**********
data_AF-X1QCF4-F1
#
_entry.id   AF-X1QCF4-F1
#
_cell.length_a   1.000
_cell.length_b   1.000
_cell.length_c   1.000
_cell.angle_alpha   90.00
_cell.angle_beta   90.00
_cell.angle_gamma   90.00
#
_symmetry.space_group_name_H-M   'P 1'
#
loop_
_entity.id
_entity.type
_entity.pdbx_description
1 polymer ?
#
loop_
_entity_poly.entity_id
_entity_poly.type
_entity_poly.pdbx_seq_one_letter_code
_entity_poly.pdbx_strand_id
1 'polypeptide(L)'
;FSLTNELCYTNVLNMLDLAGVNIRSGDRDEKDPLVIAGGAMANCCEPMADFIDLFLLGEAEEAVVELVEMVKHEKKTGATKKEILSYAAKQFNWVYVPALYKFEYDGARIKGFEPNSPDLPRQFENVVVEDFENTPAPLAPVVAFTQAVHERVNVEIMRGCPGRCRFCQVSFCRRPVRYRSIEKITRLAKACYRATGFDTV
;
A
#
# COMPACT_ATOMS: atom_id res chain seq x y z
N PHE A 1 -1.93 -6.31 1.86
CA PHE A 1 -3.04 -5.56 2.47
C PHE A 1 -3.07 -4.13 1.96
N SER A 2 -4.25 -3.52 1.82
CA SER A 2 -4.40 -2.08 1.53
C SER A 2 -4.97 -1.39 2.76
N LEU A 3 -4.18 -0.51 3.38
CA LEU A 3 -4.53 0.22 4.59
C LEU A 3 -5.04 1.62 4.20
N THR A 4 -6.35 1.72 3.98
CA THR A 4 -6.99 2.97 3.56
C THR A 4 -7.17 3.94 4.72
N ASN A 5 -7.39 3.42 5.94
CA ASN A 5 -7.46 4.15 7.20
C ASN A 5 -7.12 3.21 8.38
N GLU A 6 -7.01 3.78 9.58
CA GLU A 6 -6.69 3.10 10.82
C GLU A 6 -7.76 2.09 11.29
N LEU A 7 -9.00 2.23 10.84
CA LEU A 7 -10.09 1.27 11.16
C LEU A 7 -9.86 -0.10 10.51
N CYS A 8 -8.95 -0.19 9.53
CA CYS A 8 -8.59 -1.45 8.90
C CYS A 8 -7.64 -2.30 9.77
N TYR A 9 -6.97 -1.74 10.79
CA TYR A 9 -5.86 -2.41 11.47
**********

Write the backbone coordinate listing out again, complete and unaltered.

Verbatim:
data_AF-X1QCF4-F1
#
_entry.id   AF-X1QCF4-F1
#
_cell.length_a   1.000
_cell.length_b   1.000
_cell.length_c   1.000
_cell.angle_alpha   90.00
_cell.angle_beta   90.00
_cell.angle_gamma   90.00
#
_symmetry.space_group_name_H-M   'P 1'
#
loop_
_entity.id
_entity.type
_entity.pdbx_description
1 polymer ?
#
loop_
_entity_poly.entity_id
_entity_poly.type
_entity_poly.pdbx_seq_one_letter_code
_entity_poly.pdbx_strand_id
1 'polypeptide(L)'
;FSLTNELCYTNVLNMLDLAGVNIRSGDRDEKDPLVIAGGAMANCCEPMADFIDLFLLGEAEEAVVELVEMVKHEKKTGATKKEILSYAAKQFNWVYVPALYKFEYDGARIKGFEPNSPDLPRQFENVVVEDFENTPAPLAPVVAFTQAVHERVNVEIMRGCPGRCRFCQVSFCRRPVRYRSIEKITRLAKACYRATGFDTV
;
A
#
# COMPACT_ATOMS: atom_id res chain seq x y z
N PHE A 1 -1.93 -6.31 1.86
CA PHE A 1 -3.04 -5.56 2.47
C PHE A 1 -3.07 -4.13 1.96
N SER A 2 -4.25 -3.52 1.82
CA SER A 2 -4.40 -2.08 1.53
C SER A 2 -4.97 -1.39 2.76
N LEU A 3 -4.18 -0.51 3.38
CA LEU A 3 -4.53 0.22 4.59
C LEU A 3 -5.04 1.62 4.20
N THR A 4 -6.35 1.72 3.98
CA THR A 4 -6.99 2.97 3.56
C THR A 4 -7.17 3.94 4.72
N ASN A 5 -7.39 3.42 5.94
CA ASN A 5 -7.46 4.15 7.20
C ASN A 5 -7.12 3.21 8.38
N GLU A 6 -7.01 3.78 9.58
CA GLU A 6 -6.69 3.10 10.82
C GLU A 6 -7.76 2.09 11.29
N LEU A 7 -9.00 2.23 10.84
CA LEU A 7 -10.09 1.27 11.16
C LEU A 7 -9.86 -0.10 10.51
N CYS A 8 -8.95 -0.19 9.53
CA CYS A 8 -8.59 -1.45 8.90
C CYS A 8 -7.64 -2.30 9.77
N TYR A 9 -6.97 -1.74 10.79
CA TYR A 9 -5.86 -2.41 11.47